The 2017 first-place winner of the Carcass Challenge Contest in the RVDoF category was John Wessels with Pine View Angus of Colesburg and Mike Cline with Har-Mar Farms of Elgin. In second place, the award went to Rex Hoppes and Mike Henderson with Advanced Beef Genetics of Anita. Third-place winner was Brian McCulloh with Woodhill Farms of Viroqua, Wis. In fourth place was JD Morris of Algona and the Kossuth County Cattlemen, and fifth place went to Carl Bormann of Bancroft, also sponsored by Kossuth County Cattlemen.

Jim Bradford and the Guthrie County Cattlemen took home sixth place. The Jones, Delaware & Dubuque County Cattlemen steer raised by Jason Kurt walked away with seventh place. In eighth place, the award went to Brad Balsley of Floyd and Bob Noble of Riceville.

Winners of the individual categories were Pine View Angus and Har-Mar Farms for the Chef’s Award and the Highest Marbling Score of MDAB07. It was the highest marbling score ever in the history of the contest. Winner of the largest ribeye award went to Advanced Beef Genetics with a 17.1-inch ribeye area. Advanced Beef Genetics also took home the award for the highest average daily gain of 5.20 pounds per day. 

Young cattle producers begin recruiting efforts
The Carcass Challenge provides the Young Cattlemen’s Leadership Program with not only funding, but a team project to encourage leadership skills. YCLP class members recruit steers and donors for the program, and proceeds from the sale of the steers funds the next class of YCLP participants.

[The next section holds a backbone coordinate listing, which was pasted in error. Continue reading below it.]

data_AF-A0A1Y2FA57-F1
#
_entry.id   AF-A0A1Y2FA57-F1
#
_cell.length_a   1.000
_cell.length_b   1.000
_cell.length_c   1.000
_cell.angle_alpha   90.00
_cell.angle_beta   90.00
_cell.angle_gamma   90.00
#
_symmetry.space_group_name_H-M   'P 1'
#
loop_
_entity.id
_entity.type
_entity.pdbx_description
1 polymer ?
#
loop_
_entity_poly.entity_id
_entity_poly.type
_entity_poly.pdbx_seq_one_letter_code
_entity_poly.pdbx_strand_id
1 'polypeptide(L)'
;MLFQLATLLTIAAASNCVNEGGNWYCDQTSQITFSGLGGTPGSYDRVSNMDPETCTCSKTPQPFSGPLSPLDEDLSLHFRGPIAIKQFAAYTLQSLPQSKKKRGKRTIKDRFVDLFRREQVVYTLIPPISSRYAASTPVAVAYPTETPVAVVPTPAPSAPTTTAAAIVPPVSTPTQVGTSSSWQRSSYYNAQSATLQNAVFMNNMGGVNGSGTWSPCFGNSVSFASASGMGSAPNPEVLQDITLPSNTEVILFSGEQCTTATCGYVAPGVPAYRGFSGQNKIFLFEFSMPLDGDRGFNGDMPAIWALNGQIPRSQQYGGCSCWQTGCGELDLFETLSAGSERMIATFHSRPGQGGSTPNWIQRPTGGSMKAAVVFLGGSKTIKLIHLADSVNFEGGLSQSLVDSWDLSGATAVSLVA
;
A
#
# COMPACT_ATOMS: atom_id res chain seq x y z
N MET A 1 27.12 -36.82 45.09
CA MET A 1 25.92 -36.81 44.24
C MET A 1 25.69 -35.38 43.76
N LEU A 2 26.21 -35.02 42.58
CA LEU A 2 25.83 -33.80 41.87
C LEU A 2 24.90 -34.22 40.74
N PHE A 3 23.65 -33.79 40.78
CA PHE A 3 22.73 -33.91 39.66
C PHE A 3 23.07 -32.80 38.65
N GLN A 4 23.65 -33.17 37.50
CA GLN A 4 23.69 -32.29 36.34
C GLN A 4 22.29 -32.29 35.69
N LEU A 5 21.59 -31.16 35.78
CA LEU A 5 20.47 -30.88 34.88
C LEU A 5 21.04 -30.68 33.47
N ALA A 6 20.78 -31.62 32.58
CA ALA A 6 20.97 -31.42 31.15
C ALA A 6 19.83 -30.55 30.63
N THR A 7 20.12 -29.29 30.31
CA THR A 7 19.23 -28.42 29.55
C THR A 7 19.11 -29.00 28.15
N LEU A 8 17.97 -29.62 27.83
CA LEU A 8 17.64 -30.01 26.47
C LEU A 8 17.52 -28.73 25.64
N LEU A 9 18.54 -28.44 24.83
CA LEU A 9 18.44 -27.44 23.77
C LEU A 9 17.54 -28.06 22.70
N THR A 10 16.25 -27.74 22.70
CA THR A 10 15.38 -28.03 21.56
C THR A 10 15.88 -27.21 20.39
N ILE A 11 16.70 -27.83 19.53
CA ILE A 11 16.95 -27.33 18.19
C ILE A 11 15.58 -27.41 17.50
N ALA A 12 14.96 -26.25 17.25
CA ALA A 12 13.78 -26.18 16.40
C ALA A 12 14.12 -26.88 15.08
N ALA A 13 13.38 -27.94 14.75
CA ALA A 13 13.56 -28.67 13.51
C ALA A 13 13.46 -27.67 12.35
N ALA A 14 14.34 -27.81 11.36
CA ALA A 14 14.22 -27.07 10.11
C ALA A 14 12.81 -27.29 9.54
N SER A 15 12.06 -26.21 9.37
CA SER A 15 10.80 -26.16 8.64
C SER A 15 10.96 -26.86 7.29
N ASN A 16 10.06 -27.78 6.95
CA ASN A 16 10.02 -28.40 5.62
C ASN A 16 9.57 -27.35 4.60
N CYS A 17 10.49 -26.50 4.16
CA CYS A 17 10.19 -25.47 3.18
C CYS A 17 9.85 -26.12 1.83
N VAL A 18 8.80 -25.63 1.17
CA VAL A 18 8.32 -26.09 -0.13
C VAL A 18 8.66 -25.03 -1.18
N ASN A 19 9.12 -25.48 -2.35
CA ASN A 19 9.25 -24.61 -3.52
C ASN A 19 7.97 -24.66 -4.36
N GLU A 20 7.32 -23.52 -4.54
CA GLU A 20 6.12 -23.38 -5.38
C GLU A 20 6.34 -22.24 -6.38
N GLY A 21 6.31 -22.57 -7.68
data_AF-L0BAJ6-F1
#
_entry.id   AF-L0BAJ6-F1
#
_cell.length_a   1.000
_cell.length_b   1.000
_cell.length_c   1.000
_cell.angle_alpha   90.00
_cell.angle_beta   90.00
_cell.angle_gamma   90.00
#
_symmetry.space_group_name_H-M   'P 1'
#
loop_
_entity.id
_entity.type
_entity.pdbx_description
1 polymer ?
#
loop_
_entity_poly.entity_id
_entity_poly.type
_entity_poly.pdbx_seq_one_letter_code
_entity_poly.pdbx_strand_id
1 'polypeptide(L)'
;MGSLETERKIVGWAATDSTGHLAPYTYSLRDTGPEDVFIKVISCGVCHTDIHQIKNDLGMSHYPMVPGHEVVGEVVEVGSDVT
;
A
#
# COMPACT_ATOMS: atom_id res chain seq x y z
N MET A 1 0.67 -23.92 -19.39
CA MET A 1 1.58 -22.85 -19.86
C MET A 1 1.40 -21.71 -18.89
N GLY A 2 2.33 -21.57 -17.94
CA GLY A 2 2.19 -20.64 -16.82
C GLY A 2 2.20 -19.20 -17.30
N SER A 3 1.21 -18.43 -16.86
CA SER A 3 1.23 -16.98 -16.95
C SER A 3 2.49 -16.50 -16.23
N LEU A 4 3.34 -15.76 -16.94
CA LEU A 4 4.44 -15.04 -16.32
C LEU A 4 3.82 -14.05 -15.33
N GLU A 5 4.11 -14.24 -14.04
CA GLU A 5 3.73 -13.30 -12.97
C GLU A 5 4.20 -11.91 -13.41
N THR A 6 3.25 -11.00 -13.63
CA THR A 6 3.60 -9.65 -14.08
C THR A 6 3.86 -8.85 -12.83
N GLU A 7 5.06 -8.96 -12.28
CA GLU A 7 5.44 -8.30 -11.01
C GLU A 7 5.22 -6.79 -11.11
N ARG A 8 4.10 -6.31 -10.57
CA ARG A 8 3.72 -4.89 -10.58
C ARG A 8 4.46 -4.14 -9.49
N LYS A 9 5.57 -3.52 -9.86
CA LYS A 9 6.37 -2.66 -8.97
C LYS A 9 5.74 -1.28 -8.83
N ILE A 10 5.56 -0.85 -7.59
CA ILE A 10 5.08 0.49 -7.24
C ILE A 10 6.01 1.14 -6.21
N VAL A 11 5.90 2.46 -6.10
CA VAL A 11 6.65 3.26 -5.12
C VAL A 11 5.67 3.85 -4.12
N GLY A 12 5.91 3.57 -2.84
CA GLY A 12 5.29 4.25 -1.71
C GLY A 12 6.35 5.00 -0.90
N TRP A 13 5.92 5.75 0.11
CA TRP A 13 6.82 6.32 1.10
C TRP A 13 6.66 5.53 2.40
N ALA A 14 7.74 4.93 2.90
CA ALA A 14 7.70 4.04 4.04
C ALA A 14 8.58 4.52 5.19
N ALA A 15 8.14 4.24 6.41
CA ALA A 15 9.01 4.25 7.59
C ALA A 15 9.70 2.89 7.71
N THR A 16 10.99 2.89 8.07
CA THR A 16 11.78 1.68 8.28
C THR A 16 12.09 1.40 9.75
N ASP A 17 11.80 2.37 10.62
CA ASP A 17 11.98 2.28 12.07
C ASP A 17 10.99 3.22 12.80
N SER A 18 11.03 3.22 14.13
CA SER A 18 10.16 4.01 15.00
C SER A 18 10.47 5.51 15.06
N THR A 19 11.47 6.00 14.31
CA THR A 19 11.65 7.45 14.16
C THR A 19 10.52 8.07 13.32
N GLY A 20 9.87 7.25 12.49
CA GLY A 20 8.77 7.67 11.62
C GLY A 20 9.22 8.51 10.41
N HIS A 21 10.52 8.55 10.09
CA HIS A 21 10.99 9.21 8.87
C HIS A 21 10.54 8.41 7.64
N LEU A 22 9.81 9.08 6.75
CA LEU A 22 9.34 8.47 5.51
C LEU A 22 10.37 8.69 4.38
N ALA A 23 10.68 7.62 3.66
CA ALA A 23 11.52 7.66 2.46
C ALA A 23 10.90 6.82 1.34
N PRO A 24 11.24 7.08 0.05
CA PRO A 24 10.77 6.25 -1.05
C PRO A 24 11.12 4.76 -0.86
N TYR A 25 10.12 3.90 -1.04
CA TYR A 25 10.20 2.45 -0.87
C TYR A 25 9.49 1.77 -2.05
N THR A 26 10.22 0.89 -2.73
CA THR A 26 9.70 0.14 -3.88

ICA thanks all the sponsors, donors and everyone involved with the program. “We are already making plans for the next Carcass Challenge Contest,” says Katie Olthoff, ICA’s director of communications. Deadline for registering a spring 2017 steer for the contest is Oct. 6, 2017. Details and entry requirements can be found at iacattlemen.org under the “ICA programs” tab. The 2017 YCLP class will soon be working on recruiting steer donors for the contest, but anyone interested in participating in the program can call the ICA office at 515-296-2266 to get involved.

ICA represents nearly 10,000 beef-producing families and associated companies dedicated to the future of Iowa’s beef industry. ICA’s mission is “Grow Iowa’s beef business through advocacy, leadership and education.”

Source: Iowa Cattlemen’s Association